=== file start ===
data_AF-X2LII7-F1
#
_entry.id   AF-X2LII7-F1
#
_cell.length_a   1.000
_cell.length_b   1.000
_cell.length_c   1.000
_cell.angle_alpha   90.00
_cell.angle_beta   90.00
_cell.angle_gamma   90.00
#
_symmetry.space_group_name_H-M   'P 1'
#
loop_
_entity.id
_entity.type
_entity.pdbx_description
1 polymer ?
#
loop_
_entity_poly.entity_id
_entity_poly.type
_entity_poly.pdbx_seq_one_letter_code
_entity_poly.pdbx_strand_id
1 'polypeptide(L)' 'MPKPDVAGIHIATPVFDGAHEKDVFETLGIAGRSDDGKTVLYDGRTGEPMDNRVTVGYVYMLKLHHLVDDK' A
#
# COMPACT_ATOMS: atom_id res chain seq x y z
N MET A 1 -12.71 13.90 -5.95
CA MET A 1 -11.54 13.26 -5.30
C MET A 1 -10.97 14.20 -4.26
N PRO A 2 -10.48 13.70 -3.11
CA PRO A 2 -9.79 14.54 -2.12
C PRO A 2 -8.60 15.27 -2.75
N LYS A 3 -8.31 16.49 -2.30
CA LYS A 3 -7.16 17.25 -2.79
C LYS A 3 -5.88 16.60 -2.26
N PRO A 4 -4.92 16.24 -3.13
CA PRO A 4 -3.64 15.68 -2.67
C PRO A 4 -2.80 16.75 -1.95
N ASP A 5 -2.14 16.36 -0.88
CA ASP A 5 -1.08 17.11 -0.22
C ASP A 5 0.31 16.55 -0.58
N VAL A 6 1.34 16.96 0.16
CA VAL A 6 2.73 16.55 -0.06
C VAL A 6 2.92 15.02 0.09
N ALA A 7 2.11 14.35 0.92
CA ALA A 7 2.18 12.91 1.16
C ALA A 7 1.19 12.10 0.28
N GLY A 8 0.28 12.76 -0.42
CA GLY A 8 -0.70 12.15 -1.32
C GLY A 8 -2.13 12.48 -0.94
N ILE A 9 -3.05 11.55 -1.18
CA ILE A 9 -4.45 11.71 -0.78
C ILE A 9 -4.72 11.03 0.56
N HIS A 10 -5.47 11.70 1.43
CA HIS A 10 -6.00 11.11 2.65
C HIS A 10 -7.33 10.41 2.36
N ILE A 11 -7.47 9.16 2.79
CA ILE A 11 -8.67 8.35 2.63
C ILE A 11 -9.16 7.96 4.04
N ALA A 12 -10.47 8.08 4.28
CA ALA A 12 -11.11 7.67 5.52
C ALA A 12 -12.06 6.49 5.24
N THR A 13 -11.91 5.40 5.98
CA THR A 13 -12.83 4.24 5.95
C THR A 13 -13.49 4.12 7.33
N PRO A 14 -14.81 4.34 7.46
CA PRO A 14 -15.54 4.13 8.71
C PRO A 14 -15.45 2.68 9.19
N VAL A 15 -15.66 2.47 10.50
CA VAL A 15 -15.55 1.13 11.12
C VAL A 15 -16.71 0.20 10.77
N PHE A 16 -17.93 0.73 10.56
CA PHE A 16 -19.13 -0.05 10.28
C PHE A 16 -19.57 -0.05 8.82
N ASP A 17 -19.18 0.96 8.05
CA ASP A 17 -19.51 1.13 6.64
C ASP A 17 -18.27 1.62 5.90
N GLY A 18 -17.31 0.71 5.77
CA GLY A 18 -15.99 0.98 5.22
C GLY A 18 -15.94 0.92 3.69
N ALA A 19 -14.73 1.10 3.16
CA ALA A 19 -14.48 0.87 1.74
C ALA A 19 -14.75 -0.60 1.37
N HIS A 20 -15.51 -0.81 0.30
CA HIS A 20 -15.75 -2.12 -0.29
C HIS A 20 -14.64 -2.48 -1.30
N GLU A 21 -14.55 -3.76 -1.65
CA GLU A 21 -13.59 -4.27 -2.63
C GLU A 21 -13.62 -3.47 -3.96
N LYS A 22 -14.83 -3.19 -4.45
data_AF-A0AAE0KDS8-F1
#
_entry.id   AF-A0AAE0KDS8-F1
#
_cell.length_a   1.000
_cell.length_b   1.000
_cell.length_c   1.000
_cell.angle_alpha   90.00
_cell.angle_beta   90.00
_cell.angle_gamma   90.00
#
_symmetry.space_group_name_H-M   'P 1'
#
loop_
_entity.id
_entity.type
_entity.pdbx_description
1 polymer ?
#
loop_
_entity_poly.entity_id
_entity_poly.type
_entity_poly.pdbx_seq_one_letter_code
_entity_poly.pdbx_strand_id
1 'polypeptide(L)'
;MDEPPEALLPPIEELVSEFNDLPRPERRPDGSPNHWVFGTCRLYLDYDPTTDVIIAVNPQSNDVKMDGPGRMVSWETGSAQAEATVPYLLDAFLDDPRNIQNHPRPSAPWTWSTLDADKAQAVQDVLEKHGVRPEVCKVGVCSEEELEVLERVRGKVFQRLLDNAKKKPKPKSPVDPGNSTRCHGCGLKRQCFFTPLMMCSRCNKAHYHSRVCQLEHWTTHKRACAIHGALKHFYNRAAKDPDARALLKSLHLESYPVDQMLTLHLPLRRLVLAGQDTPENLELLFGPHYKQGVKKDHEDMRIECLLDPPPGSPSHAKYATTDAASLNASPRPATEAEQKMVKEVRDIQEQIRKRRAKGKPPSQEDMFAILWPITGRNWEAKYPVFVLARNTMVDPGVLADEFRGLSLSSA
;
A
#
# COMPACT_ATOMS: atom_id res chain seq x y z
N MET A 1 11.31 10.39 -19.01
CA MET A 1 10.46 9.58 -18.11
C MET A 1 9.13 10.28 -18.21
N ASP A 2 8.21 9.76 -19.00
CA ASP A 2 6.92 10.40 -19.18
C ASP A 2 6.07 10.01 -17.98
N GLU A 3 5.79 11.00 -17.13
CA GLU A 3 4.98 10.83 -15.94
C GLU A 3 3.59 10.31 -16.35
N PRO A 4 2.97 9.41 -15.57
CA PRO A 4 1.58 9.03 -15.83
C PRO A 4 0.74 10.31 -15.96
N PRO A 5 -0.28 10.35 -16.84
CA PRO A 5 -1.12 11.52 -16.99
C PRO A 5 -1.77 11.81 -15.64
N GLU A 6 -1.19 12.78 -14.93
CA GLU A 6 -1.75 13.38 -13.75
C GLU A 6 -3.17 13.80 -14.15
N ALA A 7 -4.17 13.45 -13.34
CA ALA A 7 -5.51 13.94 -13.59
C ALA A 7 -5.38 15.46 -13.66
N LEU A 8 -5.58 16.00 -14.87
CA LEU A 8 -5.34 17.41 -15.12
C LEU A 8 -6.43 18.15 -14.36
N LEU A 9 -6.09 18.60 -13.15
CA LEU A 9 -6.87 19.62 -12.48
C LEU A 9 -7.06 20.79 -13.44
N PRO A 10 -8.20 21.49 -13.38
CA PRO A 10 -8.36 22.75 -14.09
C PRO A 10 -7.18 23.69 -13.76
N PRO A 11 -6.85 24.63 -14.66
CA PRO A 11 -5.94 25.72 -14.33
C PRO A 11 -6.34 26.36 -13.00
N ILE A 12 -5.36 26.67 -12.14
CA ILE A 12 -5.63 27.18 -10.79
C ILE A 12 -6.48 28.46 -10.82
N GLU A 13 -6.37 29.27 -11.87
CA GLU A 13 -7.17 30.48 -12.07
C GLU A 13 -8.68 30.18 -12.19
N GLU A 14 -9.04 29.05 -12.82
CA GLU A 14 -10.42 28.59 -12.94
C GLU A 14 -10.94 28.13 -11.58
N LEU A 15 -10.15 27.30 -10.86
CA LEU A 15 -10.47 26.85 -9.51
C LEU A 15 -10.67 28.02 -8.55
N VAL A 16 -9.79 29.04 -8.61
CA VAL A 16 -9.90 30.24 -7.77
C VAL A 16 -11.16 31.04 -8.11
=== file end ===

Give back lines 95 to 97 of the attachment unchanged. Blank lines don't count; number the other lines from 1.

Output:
#
_cell.length_a   1.000
_cell.length_b   1.000